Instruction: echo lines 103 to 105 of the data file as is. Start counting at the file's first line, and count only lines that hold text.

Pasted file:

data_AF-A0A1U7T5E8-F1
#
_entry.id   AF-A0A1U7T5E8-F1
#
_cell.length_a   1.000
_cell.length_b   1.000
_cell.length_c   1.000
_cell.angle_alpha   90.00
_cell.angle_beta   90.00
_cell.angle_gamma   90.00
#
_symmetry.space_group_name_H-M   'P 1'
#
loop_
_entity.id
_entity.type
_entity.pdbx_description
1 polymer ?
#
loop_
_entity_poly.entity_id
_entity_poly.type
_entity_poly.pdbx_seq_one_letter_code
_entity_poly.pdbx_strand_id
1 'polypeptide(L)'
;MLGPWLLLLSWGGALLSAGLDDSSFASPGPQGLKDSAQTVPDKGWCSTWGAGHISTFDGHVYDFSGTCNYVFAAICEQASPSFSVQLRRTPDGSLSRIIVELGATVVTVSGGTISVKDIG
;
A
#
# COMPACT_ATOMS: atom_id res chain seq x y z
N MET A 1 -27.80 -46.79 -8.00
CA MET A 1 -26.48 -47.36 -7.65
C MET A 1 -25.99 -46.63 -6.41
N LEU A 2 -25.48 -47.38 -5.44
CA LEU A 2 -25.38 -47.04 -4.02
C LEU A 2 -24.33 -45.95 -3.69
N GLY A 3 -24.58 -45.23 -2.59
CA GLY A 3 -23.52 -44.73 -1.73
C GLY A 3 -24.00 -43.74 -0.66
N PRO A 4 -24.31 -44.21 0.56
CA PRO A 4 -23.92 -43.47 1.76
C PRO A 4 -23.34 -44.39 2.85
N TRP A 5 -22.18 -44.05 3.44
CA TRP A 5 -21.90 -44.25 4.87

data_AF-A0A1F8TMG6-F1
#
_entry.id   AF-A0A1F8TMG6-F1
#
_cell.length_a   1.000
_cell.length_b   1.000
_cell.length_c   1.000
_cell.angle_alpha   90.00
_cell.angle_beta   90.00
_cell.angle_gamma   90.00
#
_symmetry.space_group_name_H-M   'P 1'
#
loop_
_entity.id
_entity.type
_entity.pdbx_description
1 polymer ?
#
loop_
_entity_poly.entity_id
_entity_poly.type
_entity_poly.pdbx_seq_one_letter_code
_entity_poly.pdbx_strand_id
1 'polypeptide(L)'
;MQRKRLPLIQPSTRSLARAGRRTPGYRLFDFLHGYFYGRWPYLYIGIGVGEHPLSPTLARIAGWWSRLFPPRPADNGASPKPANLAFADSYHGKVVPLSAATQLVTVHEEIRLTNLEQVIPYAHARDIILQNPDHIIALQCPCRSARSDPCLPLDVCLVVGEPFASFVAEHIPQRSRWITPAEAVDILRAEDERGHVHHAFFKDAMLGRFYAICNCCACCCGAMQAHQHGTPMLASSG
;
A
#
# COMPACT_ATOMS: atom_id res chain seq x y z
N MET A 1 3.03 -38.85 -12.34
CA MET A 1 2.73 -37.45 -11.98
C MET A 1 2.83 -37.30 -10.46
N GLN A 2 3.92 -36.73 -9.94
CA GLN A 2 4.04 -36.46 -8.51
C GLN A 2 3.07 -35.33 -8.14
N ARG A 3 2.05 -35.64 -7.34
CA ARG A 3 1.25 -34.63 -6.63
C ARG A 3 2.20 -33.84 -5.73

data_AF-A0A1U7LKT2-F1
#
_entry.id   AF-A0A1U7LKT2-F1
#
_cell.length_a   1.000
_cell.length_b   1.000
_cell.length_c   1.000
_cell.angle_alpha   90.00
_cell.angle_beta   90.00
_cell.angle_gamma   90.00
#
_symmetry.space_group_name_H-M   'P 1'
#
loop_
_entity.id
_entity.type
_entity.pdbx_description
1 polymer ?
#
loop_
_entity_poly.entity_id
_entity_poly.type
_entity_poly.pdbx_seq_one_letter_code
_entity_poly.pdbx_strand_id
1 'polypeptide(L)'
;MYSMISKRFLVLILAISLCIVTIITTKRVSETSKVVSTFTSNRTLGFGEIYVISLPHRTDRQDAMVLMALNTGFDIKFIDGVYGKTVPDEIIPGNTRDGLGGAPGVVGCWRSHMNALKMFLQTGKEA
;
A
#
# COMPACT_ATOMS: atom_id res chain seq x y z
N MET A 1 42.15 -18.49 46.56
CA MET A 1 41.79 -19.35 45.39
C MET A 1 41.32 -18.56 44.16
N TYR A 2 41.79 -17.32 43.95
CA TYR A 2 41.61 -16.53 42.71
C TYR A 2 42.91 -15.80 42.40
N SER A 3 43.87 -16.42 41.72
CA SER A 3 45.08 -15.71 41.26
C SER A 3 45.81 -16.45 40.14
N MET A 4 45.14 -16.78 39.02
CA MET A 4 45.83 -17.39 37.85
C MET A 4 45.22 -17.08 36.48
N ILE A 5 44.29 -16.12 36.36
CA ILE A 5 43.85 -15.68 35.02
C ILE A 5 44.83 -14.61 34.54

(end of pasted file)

loop_
_entity_poly.entity_id
_entity_poly.type